Most state laws contain strict tests to determine whether there is sufficient absence of control by an employer that the worker is not an employee but an independent contractor. Information and contacts for state UI agencies are available at: http://www.ows.doleta.gov/unemploy/agencies.asp.


MYTH #2: If I am classified as an independent contractor, I am not eligible for unemployment insurance (UI).

FACT #2: You may still qualify for UI even if you are classified as an independent contractor.

Each state follows its statutes, regulations or policies to determine whether an employer-employee relationship exists. Even if you are considered to be an independent contractor by a business entity the state UI agency will make a determination as to whether that classification is correct under its laws or whether you are an employee and eligible for UI. Being classified as an independent contractor does not prohibit you from seeking UI.

To determine if you may be eligible for UI, please contact your state UI agency. To locate your state UI agency, please see this list of state UI agencies. To learn more about UI eligibility and misclassification, please see the Worker Misclassification heading under the Unemployment Tax Topics page.


MYTH #3: I received a 1099 tax form from my employer, and this makes me an independent contractor.

FACT #3: Receiving a 1099 does not make you an independent contractor.

You may be an independent contractor if your work does not fall within a law’s definition of employment. Similarly, you are an employee if your work falls within a law’s definition of employment. Receiving a 1099 tax form is simply the result of how your employer classifies you for federal tax purposes, but the form itself does not mean you are correctly classified as an independent contractor for federal tax purposes. And, receipt of a 1099 is irrelevant to determining whether you are an employee under the FLSA, FMLA, or MSPA.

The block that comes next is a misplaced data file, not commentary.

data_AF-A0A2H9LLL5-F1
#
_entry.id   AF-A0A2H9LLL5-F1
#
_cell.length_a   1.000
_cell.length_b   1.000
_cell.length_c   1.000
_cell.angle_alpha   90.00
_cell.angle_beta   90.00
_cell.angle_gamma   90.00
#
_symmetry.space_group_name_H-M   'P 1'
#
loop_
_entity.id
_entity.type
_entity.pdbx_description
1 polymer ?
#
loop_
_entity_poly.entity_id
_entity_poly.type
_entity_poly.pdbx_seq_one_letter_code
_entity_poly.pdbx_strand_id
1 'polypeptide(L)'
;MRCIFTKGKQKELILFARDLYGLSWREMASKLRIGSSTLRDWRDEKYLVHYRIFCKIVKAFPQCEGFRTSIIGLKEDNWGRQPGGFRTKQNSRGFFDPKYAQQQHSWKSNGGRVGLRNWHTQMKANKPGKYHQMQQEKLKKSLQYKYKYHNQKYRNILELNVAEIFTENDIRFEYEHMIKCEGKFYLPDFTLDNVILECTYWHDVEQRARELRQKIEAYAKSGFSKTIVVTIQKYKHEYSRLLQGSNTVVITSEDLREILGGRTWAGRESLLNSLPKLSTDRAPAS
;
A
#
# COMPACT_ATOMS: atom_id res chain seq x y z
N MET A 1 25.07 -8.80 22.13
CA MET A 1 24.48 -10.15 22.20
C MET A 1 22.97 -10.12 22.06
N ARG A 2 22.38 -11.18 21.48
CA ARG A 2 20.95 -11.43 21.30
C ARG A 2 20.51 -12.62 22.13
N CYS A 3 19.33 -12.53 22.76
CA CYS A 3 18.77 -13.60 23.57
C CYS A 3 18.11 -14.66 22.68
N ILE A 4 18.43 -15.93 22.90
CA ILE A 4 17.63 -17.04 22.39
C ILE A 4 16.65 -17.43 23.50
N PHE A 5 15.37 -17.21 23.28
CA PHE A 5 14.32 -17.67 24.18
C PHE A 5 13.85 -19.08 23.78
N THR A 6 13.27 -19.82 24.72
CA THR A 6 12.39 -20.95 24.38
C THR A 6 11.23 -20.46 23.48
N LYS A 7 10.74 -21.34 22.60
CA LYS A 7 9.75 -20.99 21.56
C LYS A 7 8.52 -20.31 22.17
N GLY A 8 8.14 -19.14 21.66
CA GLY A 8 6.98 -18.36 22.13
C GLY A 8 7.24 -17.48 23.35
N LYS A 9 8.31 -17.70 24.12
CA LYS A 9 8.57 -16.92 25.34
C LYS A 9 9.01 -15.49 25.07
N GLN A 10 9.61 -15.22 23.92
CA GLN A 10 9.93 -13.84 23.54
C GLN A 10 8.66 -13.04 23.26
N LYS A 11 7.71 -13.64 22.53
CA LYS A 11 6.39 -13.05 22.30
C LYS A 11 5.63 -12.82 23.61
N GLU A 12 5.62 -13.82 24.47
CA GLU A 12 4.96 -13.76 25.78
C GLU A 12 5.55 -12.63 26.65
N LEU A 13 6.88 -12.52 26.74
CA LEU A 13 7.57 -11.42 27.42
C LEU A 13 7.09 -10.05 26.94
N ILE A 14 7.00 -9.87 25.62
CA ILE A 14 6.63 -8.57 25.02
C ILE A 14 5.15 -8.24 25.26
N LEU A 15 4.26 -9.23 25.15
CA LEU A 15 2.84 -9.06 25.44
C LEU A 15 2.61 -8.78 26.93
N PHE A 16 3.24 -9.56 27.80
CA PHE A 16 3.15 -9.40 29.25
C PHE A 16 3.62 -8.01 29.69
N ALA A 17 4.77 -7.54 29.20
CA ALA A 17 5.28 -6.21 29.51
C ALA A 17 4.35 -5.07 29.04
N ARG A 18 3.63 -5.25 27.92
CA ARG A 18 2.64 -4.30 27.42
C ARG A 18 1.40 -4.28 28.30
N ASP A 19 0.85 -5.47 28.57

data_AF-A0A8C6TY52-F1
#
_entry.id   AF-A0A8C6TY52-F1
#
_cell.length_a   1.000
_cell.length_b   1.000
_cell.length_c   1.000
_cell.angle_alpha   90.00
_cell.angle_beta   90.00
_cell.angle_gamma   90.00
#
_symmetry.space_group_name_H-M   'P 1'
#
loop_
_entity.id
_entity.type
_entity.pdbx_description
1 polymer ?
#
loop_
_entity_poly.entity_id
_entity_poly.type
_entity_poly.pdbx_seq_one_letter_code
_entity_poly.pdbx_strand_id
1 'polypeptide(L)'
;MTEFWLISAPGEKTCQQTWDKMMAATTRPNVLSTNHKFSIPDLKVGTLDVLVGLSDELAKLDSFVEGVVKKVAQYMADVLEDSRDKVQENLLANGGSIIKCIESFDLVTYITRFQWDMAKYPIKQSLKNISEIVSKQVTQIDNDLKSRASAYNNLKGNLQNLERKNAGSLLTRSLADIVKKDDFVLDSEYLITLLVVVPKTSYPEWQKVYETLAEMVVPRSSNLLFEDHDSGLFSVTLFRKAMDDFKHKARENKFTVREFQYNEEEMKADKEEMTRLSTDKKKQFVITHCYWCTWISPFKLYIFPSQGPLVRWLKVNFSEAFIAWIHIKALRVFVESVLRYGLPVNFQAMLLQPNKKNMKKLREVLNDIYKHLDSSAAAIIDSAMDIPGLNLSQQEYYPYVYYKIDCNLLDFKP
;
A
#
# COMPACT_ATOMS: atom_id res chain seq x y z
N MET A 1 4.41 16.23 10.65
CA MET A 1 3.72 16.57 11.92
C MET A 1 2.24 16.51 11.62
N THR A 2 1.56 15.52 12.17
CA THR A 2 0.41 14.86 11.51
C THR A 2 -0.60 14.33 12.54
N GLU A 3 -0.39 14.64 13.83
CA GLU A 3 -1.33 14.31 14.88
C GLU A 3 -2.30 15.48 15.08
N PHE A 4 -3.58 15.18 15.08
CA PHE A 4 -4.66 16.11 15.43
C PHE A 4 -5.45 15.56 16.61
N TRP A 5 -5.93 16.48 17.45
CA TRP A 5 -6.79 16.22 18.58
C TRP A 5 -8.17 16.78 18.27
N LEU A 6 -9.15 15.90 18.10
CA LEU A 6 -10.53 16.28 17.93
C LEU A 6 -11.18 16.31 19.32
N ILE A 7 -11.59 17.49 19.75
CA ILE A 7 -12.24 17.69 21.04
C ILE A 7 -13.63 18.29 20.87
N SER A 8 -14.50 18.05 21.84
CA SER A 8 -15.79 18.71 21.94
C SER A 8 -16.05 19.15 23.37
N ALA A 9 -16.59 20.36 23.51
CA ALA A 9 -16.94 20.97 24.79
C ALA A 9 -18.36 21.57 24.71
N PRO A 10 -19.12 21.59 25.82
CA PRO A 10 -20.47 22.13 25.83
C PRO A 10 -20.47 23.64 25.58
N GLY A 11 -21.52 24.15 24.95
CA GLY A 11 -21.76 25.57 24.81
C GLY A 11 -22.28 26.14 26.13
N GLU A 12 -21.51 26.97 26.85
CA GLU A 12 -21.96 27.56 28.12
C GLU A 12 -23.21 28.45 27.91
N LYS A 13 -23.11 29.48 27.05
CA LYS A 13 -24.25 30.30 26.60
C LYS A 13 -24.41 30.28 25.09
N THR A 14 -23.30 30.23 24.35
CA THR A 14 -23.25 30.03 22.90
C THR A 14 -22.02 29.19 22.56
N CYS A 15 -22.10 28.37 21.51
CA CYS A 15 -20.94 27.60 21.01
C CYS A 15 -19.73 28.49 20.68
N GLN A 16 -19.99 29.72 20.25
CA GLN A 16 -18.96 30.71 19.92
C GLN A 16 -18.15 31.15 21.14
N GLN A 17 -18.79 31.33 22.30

Example: Taxes

Under federal tax laws, you are not an independent contractor for tax purposes just because you receive a 1099. What matters is whether the person receiving your services has the right to control how you perform your work. To learn more about whether you are an independent contractor or employee for federal tax purposes, please visit the IRS’ website.

Example: Minimum Wage, Overtime, and other FLSA Protections

Receiving a 1099 does not make you an independent contractor under the FLSA. In fact, whether you receive a 1099 is irrelevant. Under the FLSA, you are an employee if your work indicates you are economically dependent on an employer. On the other hand, you are an independent contractor if, as a matter of economic reality, you are in business for yourself. It is important to remember that you can be an employee under the FLSA even if the IRS considers you an independent contractor. To learn more about whether you are an employee or independent contractor under the FLSA, please visit the DOL Misclassification Initiative page.

To better understand how different laws determine whether you are an employee and the benefits and protections that these laws provide to employees or what they require of employers, please see Myth #1.


MYTH #4: It does not make a difference if I am classified as an independent contractor or an employee.

FACT #4: If you are misclassified as an independent contractor, you may be denied benefits and protections to which employees are legally entitled. Misclassification also has negative effects on businesses.

Typically, only workers who are “employees” have access to important benefits and protections under certain federal, state, and local laws. Among others, these benefits and protections may include:

  • The right to minimum wage, overtime pay
  • The right to unpaid, job-protected family and medical leave
  • Certain anti-discrimination and anti-retaliation protections
  • The availability of workers’ compensation if you are injured on the job
  • The availability of unemployment insurance (UI)
  • Employer payment of half of the Social Security and Medicare Taxes

Misclassification also hurts law-abiding business owners who don’t get to compete on a level playing field when some employers wrongly classify their workers as independent contractors and thereby lower their costs unlawfully. In addition, federal and state governments lose billions of dollars each year in tax revenue as a result of misclassification.


MYTH #5: I am an independent contractor because I signed an independent contractor agreement.

FACT #5: Signing an independent contractor agreement does not make you an independent contractor.